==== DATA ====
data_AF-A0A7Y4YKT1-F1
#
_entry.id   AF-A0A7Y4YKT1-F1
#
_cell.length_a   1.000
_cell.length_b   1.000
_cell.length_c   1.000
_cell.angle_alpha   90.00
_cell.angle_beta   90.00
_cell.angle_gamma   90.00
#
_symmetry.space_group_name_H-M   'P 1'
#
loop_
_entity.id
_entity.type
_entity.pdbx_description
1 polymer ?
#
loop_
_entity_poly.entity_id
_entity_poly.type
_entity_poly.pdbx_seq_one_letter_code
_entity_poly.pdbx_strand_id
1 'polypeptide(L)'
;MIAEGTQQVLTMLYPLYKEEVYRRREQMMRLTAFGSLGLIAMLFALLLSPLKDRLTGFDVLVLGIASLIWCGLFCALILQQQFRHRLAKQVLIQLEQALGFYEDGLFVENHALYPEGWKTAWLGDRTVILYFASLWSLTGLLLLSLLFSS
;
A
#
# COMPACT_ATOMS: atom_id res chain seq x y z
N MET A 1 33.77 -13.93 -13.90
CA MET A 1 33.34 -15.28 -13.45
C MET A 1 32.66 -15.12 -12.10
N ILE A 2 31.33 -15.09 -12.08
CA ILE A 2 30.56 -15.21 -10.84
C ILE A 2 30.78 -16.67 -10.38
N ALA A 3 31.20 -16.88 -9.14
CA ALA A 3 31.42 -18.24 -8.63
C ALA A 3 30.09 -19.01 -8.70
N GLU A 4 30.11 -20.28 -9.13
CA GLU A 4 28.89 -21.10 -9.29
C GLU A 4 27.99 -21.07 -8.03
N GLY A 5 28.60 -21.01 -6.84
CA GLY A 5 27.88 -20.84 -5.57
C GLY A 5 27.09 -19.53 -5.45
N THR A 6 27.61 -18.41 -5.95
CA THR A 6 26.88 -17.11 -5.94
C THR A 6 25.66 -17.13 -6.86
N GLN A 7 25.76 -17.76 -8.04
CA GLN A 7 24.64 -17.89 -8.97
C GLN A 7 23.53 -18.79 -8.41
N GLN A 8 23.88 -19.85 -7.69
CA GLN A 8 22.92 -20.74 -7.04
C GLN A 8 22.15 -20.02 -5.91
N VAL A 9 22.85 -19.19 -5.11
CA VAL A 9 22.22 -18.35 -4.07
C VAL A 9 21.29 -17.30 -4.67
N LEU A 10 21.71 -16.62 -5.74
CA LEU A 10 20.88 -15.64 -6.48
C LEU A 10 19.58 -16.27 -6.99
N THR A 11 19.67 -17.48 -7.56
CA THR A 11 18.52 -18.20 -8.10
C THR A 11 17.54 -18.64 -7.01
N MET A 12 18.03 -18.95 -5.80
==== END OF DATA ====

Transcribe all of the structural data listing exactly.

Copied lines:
data_AF-A0A7Y4YKT1-F1
#
_entry.id   AF-A0A7Y4YKT1-F1
#
_cell.length_a   1.000
_cell.length_b   1.000
_cell.length_c   1.000
_cell.angle_alpha   90.00
_cell.angle_beta   90.00
_cell.angle_gamma   90.00
#
_symmetry.space_group_name_H-M   'P 1'
#
loop_
_entity.id
_entity.type
_entity.pdbx_description
1 polymer ?
#
loop_
_entity_poly.entity_id
_entity_poly.type
_entity_poly.pdbx_seq_one_letter_code
_entity_poly.pdbx_strand_id
1 'polypeptide(L)'
;MIAEGTQQVLTMLYPLYKEEVYRRREQMMRLTAFGSLGLIAMLFALLLSPLKDRLTGFDVLVLGIASLIWCGLFCALILQQQFRHRLAKQVLIQLEQALGFYEDGLFVENHALYPEGWKTAWLGDRTVILYFASLWSLTGLLLLSLLFSS
;
A
#
# COMPACT_ATOMS: atom_id res chain seq x y z
N MET A 1 33.77 -13.93 -13.90
CA MET A 1 33.34 -15.28 -13.45
C MET A 1 32.66 -15.12 -12.10
N ILE A 2 31.33 -15.09 -12.08
CA ILE A 2 30.56 -15.21 -10.84
C ILE A 2 30.78 -16.67 -10.38
N ALA A 3 31.20 -16.88 -9.14
CA ALA A 3 31.42 -18.24 -8.63
C ALA A 3 30.09 -19.01 -8.70
N GLU A 4 30.11 -20.28 -9.13
CA GLU A 4 28.89 -21.10 -9.29
C GLU A 4 27.99 -21.07 -8.03
N GLY A 5 28.60 -21.01 -6.84
CA GLY A 5 27.88 -20.84 -5.57
C GLY A 5 27.09 -19.53 -5.45
N THR A 6 27.61 -18.41 -5.95
CA THR A 6 26.88 -17.11 -5.94
C THR A 6 25.66 -17.13 -6.86
N GLN A 7 25.76 -17.76 -8.04
CA GLN A 7 24.64 -17.89 -8.97
C GLN A 7 23.53 -18.79 -8.41
N GLN A 8 23.88 -19.85 -7.69
CA GLN A 8 22.92 -20.74 -7.04
C GLN A 8 22.15 -20.02 -5.91
N VAL A 9 22.85 -19.19 -5.11
CA VAL A 9 22.22 -18.35 -4.07
C VAL A 9 21.29 -17.30 -4.67
N LEU A 10 21.71 -16.62 -5.74
CA LEU A 10 20.88 -15.64 -6.48
C LEU A 10 19.58 -16.27 -6.99
N THR A 11 19.67 -17.48 -7.56
CA THR A 11 18.52 -18.20 -8.10
C THR A 11 17.54 -18.64 -7.01
N MET A 12 18.03 -18.95 -5.80